The Russian invasion of Ukraine worsened the shortages in the market because the U.S. and Europe imported a significant amount of oil and refined products.

Sanctions have reduced the normal flows to a trickle. This has pushed countries and companies to find alternatives.

India and China have been happy to buy the discounted crude (trading $40 below Brent).

They buy the Urals, ESPO, Sokol (all types of oil) and turn it into products that can be sold within their country or exported to Europe or the U.S.

This increases the miles per ton, because crude now must flow from Russia into Asia and back into Europe, rather than going from Russia to Europe directly.

India and China are buying crude well below market rates but sell their end products at market rates. This increases their margins.

The margins in Asia have been surging.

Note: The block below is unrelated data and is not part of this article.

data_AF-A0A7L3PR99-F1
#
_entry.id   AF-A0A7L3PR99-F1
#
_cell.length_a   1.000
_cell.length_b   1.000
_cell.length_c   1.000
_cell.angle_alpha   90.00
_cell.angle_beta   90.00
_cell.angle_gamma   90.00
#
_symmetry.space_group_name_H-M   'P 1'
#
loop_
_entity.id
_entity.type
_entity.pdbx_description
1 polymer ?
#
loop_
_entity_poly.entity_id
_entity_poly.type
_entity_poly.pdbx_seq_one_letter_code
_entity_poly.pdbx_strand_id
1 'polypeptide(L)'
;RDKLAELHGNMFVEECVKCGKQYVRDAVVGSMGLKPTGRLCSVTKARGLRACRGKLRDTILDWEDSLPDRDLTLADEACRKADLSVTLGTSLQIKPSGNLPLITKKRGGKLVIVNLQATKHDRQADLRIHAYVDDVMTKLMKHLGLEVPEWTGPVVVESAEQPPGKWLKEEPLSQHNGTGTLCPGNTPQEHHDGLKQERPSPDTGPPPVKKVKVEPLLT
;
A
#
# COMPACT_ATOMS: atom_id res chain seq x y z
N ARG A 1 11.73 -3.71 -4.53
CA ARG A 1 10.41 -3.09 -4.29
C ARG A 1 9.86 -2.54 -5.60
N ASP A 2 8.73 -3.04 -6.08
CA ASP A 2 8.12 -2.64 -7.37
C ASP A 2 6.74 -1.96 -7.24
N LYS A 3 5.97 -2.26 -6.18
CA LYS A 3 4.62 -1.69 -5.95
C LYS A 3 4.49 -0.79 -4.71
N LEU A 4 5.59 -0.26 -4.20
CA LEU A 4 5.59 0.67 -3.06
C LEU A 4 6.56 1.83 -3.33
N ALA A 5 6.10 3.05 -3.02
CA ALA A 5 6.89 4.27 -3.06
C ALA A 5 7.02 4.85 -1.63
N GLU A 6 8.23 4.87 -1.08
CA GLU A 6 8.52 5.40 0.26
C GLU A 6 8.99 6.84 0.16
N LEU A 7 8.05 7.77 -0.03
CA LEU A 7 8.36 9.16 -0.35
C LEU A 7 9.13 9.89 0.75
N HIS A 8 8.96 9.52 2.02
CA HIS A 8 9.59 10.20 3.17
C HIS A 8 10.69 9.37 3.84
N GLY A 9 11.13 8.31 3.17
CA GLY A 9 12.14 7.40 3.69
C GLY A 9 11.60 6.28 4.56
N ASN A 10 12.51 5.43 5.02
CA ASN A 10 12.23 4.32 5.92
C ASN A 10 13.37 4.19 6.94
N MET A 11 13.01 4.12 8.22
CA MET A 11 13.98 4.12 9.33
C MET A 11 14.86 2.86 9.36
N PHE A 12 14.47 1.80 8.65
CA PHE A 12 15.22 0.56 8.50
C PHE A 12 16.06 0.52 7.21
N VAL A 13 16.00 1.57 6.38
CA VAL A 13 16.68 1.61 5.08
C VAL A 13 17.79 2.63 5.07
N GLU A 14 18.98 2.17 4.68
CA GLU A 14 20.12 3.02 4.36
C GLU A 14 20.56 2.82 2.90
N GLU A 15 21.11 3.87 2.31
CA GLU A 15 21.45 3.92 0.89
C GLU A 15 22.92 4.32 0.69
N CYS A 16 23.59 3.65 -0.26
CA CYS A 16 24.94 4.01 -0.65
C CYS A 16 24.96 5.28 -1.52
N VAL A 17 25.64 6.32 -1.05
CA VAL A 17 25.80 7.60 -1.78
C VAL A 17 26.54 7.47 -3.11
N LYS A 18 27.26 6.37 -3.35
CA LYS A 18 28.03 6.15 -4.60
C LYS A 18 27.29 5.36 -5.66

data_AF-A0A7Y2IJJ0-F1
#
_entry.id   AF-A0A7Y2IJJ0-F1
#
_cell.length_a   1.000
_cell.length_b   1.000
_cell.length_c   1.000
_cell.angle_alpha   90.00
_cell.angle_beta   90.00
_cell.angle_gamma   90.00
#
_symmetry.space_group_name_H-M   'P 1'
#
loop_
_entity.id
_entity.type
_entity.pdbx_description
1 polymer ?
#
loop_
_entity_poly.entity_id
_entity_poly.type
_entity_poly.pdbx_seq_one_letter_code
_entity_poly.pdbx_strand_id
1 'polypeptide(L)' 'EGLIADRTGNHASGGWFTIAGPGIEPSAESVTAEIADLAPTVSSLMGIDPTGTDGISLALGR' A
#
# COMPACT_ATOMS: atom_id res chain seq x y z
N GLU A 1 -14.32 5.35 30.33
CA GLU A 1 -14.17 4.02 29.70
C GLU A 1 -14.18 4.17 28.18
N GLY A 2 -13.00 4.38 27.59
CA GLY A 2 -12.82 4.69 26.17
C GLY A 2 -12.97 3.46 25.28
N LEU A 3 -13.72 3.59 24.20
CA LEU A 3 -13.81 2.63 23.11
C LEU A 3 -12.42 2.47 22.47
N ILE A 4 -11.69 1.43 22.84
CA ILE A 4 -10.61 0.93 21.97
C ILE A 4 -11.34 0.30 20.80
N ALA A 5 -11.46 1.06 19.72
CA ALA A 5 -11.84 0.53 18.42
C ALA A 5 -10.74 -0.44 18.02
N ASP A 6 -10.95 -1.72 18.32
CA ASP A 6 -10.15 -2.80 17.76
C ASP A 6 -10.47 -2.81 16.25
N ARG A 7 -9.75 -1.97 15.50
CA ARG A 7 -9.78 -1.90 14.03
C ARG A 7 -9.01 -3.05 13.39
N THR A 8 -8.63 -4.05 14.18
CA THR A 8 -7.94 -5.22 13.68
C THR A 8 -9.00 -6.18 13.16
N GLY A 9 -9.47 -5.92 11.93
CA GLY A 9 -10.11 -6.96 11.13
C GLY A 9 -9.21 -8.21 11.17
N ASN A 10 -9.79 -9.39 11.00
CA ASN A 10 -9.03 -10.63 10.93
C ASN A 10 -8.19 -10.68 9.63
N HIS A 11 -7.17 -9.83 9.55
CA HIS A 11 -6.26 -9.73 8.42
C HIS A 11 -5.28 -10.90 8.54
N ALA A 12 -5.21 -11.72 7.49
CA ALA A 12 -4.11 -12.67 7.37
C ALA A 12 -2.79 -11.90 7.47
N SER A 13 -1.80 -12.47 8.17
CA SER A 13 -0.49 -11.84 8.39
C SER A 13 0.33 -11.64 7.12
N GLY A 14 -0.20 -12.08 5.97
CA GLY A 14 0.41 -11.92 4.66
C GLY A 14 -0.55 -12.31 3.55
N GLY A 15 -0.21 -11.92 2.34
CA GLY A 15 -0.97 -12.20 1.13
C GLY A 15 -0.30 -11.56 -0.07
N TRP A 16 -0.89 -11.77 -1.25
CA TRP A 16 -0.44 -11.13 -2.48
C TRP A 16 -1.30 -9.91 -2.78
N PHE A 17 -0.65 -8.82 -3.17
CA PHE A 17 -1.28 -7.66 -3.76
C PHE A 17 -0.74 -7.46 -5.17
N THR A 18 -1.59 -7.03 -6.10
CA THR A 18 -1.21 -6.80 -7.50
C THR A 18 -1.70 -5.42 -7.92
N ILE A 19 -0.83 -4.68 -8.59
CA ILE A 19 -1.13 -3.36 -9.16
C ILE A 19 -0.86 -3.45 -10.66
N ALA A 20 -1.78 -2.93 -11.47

When we look at hydrocracking, it’s sitting just off a record level.

Whoa… Wait… What’s Hydrocracking?

What’s hydrocracking, you ask?

Hydrocracking is a process by which the hydrocarbon molecules of petroleum are broken into simpler molecules, such as gasoline or kerosene, by adding hydrogen under high pressure and in the presence of a catalyst. This process employs hydrogen gas to improve the hydrogen-carbon ratio in the cracked molecules and to arrive at a broader range of end products.

The major products you get from hydrocrackers are jet fuel and diesel.

That’s why hydrocracking is so important.

Because it yields the most middle distillate.

The global diesel shortage offers a terrific opportunity for investors around the world.

As the shortfalls are happening around the world, the healthy margin is creating a windfall for this report’s recommendation.

As we showed earlier, U.S. prices are elevated with a lot of staying power in this price point.

In the chart below, you can see how Singapore diesel commands a large premium over Dubai crude.

The same story applies to ICE gasoil over Brent. (BTW, Europeans refer to diesel as gasoil.)

The storage levels around the world are sitting at record lows.

Refiners are struggling to close the gap for several reasons that I will discuss shortly.